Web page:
Carl Banks chimed in on the shellacking by the Giants in the Pacific Northwest this past Sunday.
The most impressive aspect: the Giants “were mentally ready to play” as they obviously “used their bye week very efficiently and effectively.” Prior to the game , Banks harped on the fact that “this was a test of their mental maturity more so than physical.” This was more to do with Seattle’s offensive line being decimated by injuries and their defense being near the bottom of the league statistically. Clearly, this was a team that would be easy to look past. The Giants, according to Banks, were “as close to flawless on offense in the the first half,” outside of the Kevin Boss fumble (which really didn’t appear to “bother Tom” Coughlin”. Banks has talked in the past about how the Giants “have been able to self correct” well. They came into the game “intent on not turning the ball over at all,” another testament to their mental preparation.
On defense, according to Banks, the Giants “did not do anything exotic,” as Fewell was quoted earlier “that we just need go out and play.” Part of the reason you did not see any sacks versus Seattle was primarily due to the fact that the Seahawks were having Whitehurst get rid of the ball quickly. Even on 3rd down and 15 Banks gives “Pete Carroll’s credit” for “calling 5 yard slants and 7 yard slants” to avoid getting him sacked. Just another reason why the Seahawks had only 10 plays in the entire 2nd half on offense.
Banks believes shiftting the offensive line around “was pretty smart”considering the need for veteran presence in a loud stadium such as Qwest Stadium. For example he states, “Andrews in (at LT) as Diehl can now talk Andrews through” situations given that Diehl’s “natural position.” The shifting of the line is another byproduct of these “guys being really in sync.” But what Banks thought was “really impressive (is) when they ran Danny Ware right, Danny Ware left and Danny Ware up the middle” in their last drive that consumed 13 minutes. He added further the Giants “were gonna run the ball, you know it’s coming” and they couldn’t “stop it” summed up the domination of the offensive lines’ performance. Banks feels Ware “could factor in” at some points during the season. Hopefully sooner rather than later to keep Bradshaw fresh later in the season.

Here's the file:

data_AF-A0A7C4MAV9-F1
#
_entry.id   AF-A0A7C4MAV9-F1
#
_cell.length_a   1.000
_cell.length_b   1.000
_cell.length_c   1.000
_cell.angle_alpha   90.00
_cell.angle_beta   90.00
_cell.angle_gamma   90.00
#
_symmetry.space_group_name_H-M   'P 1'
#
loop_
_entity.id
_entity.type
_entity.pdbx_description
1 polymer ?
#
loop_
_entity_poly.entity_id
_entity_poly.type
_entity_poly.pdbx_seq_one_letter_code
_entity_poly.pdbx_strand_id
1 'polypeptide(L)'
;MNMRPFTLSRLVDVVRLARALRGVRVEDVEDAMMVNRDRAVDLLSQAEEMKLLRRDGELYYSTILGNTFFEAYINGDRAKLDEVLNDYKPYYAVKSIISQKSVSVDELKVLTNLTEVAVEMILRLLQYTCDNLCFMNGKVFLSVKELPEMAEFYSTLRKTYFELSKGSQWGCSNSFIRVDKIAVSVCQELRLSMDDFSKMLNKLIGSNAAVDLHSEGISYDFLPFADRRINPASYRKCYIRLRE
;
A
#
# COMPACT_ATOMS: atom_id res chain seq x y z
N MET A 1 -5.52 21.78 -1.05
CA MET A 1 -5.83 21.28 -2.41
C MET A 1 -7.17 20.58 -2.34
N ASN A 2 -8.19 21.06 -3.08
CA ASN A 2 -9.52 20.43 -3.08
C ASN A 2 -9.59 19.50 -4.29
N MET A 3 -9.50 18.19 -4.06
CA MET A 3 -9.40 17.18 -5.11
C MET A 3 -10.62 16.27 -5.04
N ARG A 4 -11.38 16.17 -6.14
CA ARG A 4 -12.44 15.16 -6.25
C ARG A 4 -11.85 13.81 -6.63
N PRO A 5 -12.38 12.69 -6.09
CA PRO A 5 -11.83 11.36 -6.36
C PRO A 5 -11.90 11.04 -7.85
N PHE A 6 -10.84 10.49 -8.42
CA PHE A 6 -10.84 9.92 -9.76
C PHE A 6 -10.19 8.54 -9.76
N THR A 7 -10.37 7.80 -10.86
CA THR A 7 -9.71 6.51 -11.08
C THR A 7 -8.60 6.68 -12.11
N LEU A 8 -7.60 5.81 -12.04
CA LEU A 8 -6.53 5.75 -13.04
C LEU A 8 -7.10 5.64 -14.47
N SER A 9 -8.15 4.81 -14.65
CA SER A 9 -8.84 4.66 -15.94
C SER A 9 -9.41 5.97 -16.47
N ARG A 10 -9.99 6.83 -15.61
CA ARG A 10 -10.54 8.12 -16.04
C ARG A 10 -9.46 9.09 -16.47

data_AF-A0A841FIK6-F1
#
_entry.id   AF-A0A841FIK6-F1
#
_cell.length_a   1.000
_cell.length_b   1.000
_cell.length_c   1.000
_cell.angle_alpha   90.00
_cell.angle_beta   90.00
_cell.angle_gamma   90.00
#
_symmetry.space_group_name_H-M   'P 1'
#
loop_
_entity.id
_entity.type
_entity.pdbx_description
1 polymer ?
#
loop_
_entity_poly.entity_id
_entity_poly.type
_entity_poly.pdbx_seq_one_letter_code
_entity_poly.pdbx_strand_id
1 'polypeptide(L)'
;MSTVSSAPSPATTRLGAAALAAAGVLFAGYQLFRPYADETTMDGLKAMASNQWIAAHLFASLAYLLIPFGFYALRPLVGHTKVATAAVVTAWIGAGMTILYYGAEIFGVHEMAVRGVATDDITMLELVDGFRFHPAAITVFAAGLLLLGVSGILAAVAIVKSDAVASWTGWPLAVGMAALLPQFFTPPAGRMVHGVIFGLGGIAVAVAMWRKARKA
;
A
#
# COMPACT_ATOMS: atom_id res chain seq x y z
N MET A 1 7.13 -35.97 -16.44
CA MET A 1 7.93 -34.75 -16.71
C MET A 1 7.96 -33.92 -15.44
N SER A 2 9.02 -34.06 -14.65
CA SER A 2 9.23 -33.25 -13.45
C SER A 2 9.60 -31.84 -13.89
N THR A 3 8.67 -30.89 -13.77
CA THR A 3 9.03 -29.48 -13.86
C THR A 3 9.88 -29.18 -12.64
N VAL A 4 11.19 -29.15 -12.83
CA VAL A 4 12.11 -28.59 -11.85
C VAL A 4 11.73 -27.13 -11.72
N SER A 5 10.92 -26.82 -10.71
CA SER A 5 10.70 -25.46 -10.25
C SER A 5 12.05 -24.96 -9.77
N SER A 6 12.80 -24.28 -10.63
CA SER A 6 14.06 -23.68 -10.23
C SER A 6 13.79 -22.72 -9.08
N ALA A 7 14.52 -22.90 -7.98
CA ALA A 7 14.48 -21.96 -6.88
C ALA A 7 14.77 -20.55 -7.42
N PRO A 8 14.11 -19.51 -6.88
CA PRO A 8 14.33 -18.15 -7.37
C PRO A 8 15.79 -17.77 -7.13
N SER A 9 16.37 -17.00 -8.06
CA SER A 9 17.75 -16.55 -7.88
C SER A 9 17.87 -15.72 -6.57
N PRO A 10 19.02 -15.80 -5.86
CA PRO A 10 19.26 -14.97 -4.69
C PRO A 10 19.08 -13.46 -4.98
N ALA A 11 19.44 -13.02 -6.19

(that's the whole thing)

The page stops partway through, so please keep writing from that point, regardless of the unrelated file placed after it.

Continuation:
Finally, Banks on “the game plan” to counter Leon Washington on kick coverage “was great.” Given that “the defense was playing well” Tynes mixed it up with boomers, high kicks, “squares and mortar” kicks to keep Leon Washington off balance and contained. Giving up some field position, knowing that your defense would hold them, was effective.
Motown here: the shifting of the offensive line will be a major factor going forward. Here is the latest news regarding Koets and Diehl. Thankfully, Seubert has shown his great versatility and deserves a great deal of credit for handling the center duties in the absence of O’Hara. It is likely that he will be at center for another week, with Petrus now filling in at guard in Diehl’s place. The health issues will becomes more stressful for the fans and coaches given that we now know we have a team that many have placed at the top of the heap in the NFC. Certainly, let us not see Hakeem Nicks hobbling off the field for the remainder of the 2010-2011 season, as he is now the key to this offensive machine. Gibride’s mojo so far has 653 reception yards with 9 TDs versus Gilbride’s former mojo Burress who had 1,025 yards and 12 TDs in 2007.
Judy Bautista of the New York Times provided a great statistic about the mediocrity of the 2010 season. This is the first season since 1959 that no team has less than 2 losses at this juncture in the season. Hopefully, with the Cowboys dismissing Phillips and promoting Garrett, it will be another reason for the Giants not to look past the Cowboys. The big test, and possible statement, for the 2010 Giants will come following the Cowboys when they face the Eagles at home.